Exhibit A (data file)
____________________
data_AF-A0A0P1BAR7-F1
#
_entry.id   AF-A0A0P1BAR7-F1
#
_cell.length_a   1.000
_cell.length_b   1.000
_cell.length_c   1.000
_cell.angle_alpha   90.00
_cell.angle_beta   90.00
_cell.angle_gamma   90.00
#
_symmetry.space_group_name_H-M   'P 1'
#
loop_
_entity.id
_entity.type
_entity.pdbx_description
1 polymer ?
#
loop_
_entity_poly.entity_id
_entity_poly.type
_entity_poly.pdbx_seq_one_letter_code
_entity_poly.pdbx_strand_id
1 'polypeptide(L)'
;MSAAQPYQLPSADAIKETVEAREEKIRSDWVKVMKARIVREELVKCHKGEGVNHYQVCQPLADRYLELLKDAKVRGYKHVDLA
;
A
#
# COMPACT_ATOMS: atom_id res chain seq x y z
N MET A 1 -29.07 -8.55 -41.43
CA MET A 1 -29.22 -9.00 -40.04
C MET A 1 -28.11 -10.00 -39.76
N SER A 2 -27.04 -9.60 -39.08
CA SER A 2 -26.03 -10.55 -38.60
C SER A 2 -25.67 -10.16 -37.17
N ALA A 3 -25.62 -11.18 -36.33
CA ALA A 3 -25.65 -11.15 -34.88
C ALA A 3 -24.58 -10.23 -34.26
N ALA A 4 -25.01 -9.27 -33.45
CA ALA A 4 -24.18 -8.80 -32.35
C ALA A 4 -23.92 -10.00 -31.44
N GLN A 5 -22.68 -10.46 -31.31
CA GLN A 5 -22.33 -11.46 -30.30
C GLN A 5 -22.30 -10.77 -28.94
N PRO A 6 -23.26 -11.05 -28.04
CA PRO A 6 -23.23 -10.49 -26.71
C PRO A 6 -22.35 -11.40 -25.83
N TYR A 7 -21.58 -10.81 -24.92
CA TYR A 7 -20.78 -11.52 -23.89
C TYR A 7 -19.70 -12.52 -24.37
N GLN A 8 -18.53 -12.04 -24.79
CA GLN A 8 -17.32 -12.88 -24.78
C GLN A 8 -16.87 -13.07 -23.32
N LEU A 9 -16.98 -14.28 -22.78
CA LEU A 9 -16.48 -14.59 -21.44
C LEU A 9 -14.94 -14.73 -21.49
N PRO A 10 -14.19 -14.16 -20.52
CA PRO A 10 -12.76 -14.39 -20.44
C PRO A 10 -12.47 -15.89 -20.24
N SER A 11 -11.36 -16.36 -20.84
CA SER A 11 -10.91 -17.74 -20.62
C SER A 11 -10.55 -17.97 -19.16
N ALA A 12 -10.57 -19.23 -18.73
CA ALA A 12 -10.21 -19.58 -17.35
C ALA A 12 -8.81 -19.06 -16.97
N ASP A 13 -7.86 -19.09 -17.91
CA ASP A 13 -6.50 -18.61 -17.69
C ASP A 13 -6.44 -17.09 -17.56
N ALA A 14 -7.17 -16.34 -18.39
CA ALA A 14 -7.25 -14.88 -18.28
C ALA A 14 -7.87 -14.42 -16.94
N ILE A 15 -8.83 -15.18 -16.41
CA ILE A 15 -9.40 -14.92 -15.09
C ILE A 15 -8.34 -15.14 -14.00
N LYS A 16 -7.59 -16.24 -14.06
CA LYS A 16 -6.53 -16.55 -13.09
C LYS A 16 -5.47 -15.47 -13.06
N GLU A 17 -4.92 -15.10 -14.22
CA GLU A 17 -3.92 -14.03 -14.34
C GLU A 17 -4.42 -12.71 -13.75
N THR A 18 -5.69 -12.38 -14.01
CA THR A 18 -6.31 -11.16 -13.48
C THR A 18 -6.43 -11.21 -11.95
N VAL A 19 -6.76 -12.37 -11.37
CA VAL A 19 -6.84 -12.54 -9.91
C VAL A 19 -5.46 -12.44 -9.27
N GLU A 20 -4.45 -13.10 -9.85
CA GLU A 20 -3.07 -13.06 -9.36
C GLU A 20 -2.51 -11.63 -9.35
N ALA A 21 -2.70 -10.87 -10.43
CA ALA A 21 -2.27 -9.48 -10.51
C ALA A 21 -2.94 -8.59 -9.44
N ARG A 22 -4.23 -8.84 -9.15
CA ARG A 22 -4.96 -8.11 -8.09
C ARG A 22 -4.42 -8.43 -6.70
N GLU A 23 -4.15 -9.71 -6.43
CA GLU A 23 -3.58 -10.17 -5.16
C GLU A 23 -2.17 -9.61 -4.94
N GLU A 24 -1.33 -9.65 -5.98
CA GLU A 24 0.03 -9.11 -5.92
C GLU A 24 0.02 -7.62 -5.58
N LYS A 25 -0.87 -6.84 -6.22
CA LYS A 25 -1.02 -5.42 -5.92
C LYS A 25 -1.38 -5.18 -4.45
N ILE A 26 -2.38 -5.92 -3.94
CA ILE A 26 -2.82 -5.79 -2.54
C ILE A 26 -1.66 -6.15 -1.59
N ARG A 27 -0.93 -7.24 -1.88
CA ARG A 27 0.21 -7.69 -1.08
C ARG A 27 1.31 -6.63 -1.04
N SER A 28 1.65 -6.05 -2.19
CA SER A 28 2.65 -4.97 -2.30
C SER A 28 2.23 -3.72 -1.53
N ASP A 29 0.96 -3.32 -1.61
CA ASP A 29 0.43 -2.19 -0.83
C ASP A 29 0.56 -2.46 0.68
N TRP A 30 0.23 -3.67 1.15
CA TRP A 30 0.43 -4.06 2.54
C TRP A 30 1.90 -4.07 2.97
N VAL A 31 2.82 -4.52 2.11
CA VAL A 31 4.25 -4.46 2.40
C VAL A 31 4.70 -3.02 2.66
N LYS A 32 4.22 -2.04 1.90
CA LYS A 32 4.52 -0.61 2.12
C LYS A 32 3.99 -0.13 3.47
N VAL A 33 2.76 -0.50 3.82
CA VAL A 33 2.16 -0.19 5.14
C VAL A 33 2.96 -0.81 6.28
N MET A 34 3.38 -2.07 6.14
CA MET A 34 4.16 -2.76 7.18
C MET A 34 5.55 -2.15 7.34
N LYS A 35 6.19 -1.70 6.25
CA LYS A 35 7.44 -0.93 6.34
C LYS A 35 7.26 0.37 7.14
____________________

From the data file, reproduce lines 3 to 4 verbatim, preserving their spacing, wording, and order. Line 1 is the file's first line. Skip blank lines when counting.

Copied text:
_entry.id   AF-A0A0P1BAR7-F1
#